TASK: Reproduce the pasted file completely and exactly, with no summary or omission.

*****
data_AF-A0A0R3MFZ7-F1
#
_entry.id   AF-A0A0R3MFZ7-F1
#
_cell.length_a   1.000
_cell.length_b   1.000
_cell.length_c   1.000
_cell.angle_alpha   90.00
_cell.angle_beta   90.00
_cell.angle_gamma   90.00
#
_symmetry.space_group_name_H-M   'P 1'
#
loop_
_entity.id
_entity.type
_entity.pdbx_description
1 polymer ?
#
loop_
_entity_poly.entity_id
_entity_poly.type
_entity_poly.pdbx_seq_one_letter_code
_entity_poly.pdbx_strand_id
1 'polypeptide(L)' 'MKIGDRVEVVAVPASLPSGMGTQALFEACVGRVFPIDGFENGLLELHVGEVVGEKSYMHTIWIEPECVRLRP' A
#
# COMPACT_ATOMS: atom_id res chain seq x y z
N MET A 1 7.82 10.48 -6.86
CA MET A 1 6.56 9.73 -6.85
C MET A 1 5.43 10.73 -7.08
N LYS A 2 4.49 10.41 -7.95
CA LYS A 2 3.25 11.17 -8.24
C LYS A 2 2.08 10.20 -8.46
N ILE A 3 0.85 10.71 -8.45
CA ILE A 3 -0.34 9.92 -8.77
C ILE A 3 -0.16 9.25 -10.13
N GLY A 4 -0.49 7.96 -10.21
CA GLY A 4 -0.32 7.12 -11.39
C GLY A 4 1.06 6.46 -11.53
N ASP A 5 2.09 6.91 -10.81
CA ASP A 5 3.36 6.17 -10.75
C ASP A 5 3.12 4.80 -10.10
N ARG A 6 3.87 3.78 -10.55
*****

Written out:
data_AF-A0A0R3MFZ7-F1
#
_entry.id   AF-A0A0R3MFZ7-F1
#
_cell.length_a   1.000
_cell.length_b   1.000
_cell.length_c   1.000
_cell.angle_alpha   90.00
_cell.angle_beta   90.00
_cell.angle_gamma   90.00
#
_symmetry.space_group_name_H-M   'P 1'
#
loop_
_entity.id
_entity.type
_entity.pdbx_description
1 polymer ?
#
loop_
_entity_poly.entity_id
_entity_poly.type
_entity_poly.pdbx_seq_one_letter_code
_entity_poly.pdbx_strand_id
1 'polypeptide(L)' 'MKIGDRVEVVAVPASLPSGMGTQALFEACVGRVFPIDGFENGLLELHVGEVVGEKSYMHTIWIEPECVRLRP' A
#
# COMPACT_ATOMS: atom_id res chain seq x y z
N MET A 1 7.82 10.48 -6.86
CA MET A 1 6.56 9.73 -6.85
C MET A 1 5.43 10.73 -7.08
N LYS A 2 4.49 10.41 -7.95
CA LYS A 2 3.25 11.17 -8.24
C LYS A 2 2.08 10.20 -8.46
N ILE A 3 0.85 10.71 -8.45
CA ILE A 3 -0.34 9.92 -8.77
C ILE A 3 -0.16 9.25 -10.13
N GLY A 4 -0.49 7.96 -10.21
CA GLY A 4 -0.32 7.12 -11.39
C GLY A 4 1.06 6.46 -11.53
N ASP A 5 2.09 6.91 -10.81
CA ASP A 5 3.36 6.17 -10.75
C ASP A 5 3.12 4.80 -10.10
N ARG A 6 3.87 3.78 -10.55